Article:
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There’s Life Left In Delicious Yet

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What Games Are: The Unfulfilled Promise Of Videogames

For a long time, the web-based social bookmarking service Delicious was a poster child for the Web 2.0 movement. It was open, collaborative and full of the tags and user-generated content that made VCs instinctively open up their checkbooks at the time.

It’s been 10 years, since the service opened to the public – then still running on the del.icio.us domain – and while it’s changed owners a few times since, it’s still up and running and its original concept hasn’t changed all that much. But the site did give itself a fresh new design for its 10th birthday, so it’s worth taking another look.

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Yahoo famously acquired Delicious back in 2005, two years after it was founded, and then let it linger for years. That’s what Yahoo did with way too many of these popular Web 2.0 services (Flickr being the other key example) and by 2010, it looked like Delicious’ days were over.

Delicious had long stopped being a hip product, users weren’t all that interested in taxonomies, folksonomies and all those other buzzwords anymore, and it felt like its shot at mainstream appeal and new growth was long behind it. If Delicious had shut down at the time, its frequent users would have been furious, but among mainstream users, its closure would have mostly gone unnoticed.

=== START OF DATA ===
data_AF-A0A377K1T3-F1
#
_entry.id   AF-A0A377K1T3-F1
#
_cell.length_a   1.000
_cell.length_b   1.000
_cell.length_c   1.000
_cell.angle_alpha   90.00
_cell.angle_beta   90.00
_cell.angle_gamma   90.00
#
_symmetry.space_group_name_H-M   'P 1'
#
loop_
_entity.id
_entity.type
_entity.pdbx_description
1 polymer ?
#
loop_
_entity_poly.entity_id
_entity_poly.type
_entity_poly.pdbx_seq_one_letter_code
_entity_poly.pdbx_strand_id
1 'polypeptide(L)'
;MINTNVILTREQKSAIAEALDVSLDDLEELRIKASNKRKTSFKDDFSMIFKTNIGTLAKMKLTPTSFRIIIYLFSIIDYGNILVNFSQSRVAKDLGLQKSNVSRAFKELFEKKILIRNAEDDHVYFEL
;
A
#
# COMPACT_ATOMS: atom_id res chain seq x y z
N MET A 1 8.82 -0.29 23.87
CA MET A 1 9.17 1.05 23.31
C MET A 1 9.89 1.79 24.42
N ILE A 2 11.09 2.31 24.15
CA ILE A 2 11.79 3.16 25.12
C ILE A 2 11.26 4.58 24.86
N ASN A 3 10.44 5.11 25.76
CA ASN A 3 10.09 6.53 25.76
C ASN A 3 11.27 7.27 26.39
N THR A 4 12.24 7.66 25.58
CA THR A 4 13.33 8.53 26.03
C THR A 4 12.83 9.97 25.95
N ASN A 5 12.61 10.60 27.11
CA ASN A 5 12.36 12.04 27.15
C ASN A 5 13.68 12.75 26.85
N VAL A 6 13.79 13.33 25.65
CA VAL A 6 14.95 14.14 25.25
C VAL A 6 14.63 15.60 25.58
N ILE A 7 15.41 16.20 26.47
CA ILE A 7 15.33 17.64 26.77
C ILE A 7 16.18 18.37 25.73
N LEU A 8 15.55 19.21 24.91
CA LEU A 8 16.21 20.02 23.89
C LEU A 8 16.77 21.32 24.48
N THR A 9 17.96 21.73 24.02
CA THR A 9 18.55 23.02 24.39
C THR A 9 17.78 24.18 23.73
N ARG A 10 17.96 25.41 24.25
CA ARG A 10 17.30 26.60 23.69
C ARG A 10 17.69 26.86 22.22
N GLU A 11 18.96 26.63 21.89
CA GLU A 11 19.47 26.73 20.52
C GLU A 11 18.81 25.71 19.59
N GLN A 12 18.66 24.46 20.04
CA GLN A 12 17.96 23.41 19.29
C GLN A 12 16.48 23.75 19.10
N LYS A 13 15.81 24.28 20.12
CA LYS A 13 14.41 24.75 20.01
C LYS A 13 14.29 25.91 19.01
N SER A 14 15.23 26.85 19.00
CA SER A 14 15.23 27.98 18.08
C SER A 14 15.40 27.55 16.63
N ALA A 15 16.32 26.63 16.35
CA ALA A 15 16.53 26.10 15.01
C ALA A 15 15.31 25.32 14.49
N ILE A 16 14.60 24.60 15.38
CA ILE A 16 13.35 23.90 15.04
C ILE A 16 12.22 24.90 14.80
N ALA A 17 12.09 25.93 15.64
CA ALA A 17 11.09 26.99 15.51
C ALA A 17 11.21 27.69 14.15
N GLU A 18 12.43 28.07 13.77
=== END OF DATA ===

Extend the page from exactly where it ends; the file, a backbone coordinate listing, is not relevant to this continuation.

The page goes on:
Yahoo, however, didn’t close Delicious. Instead, it sold it to AVOS in April 2011, a company YouTube founders Chad Hurley and Steve Chen founded for what, at the time, seemed like the express purpose of buying Delicious (it since launched video service MixBit and the Chinese Vine clone Wanpai). Ever since, AVOS has quietly continued to work on improving Delicious, though it doesn’t look like its traffic is picking up or user interest in the form of social bookmarking is making a comeback. Joshua Schachter himself, Delicious creator, left Yahoo in 2008 and as far as we know, none of the early developers are still working on the project today.

I’m not sure its latest redesign is going to make a big difference, either. The user interface is now significantly less cluttered and responsive, and it features some new Twitter-powered personalization options for content discovery. And the new bookmarks editor that you can bring up with a double-click is something its users would have happily paid for eight years ago, too.

Still, it looks like AVOS continues to back the service, which doesn’t seem to have any discernible business model at this time. Based on the redesign announcement, which went almost completely unnoticed, the team is working on an Android app and new browser extensions.

Since link sharing has almost completely moved to Twitter and Facebook, however, it’s hard to see how Delicious could stage a comeback without completely altering its course. In the Mixbit video the team made for the relaunch, the team says that “it’s only just getting started.” Two years after the acquisition, it’s hard to believe this statement, but it’s still nice to see that AVOS continues to support Delicious.